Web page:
Reader Response: Pandering to Grants


First off, let me thank everyone for the large volume of email I’ve received regarding the Pandering to Grants blog. Please keep in mind that I do wish to use your comments in these Reader Responses, so let me know if I have your permission to do just that when you take the time to write. Education is always a polarized issue and I’ve not been disappointed at the wide variety of your responses. However, during the course of reading through all of your emails, I noticed that many of you were missing the main point of the blog: That part of the funds that are coming into the BPO organization from this grant would undoubtedly (in my opinion) end up making its way into the general budget. As a result, I feel that orchestras should stop searching for and accepting funds from government and private foundations that place such unnecessary restrictions on the qualifications and use of those funds. Hence the title of the article: Pandering to Grants.


Furthermore, in your responses many of you thought I was taking issue with the education program at the BPO in particular and orchestra education programs in general. Since I haven’t had the time to respond to many of you, I feel that you deserve a special “heads up” regarding a blog in progress that will focus specifically on orchestra education programs. In the blog you can expect to see the BPO mentioned frequently. Although I have to warn you: based on many of your responses you may find my opinions of the BPO education department shocking. So stay tuned!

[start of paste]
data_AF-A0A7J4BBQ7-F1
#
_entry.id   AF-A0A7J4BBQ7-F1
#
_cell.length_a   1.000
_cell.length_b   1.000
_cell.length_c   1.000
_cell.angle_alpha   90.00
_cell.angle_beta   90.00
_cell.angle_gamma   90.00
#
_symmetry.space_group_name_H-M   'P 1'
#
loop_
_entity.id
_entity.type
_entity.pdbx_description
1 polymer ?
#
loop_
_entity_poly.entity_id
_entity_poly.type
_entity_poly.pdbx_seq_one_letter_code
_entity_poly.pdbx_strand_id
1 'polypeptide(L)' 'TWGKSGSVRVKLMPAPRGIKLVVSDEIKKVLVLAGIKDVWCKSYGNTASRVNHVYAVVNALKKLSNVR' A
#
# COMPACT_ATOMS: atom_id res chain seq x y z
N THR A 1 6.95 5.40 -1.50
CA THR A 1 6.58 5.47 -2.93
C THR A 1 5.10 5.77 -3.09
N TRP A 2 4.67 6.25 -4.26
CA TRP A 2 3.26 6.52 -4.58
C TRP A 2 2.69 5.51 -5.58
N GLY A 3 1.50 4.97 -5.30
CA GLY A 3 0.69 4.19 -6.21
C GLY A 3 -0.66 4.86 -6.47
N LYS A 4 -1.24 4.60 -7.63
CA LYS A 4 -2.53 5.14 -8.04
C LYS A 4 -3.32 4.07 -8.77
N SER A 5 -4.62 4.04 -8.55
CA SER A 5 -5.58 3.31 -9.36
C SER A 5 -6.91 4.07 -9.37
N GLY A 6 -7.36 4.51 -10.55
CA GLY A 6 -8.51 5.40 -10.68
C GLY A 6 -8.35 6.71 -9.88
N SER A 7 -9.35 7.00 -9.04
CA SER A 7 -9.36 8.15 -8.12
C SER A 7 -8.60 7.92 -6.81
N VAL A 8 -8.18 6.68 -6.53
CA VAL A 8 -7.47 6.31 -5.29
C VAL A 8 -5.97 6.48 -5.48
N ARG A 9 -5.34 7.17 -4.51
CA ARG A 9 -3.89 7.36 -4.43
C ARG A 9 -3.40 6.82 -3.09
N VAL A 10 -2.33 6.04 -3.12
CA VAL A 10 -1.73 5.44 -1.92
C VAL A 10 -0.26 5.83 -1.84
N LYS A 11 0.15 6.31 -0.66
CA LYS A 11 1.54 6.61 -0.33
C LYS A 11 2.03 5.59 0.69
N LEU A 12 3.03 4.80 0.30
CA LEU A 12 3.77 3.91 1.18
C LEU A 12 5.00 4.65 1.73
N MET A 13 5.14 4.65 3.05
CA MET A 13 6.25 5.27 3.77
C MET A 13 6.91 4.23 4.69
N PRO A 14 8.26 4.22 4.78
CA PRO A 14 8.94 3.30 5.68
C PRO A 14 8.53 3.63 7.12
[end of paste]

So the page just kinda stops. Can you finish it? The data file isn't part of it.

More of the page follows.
About Drew McManus

"I hear that every time you show up to work with an orchestra, people get fired." Those were the first words out of an executive's mouth after her board chair introduced us. That executive is now a dear colleague and friend but the day that consulting contract began with her orchestra, she was convinced I was a hatchet-man brought in by the board to clean house.

I understand where the trepidation comes from as a great deal of my consulting and technology provider work for arts organizations involves due diligence, separating fact from fiction, interpreting spin, as well as performance review and oversight. So yes, sometimes that work results in one or two individuals "aggressively embracing career change" but far more often than not, it reinforces and clarifies exactly what works and why.

In short, it doesn't matter if you know where all the bodies are buried if you can't keep your own clients out of the ground, and I'm fortunate enough to say that for more than 15 years, I've done exactly that for groups of all budget size from Qatar to Kathmandu.

For fun, I write a daily blog about the orchestra business, provide a platform for arts insiders to speak their mind, keep track of what people in this business get paid, help write a satirical cartoon about orchestra life, hack the arts, and love a good coffee drink.

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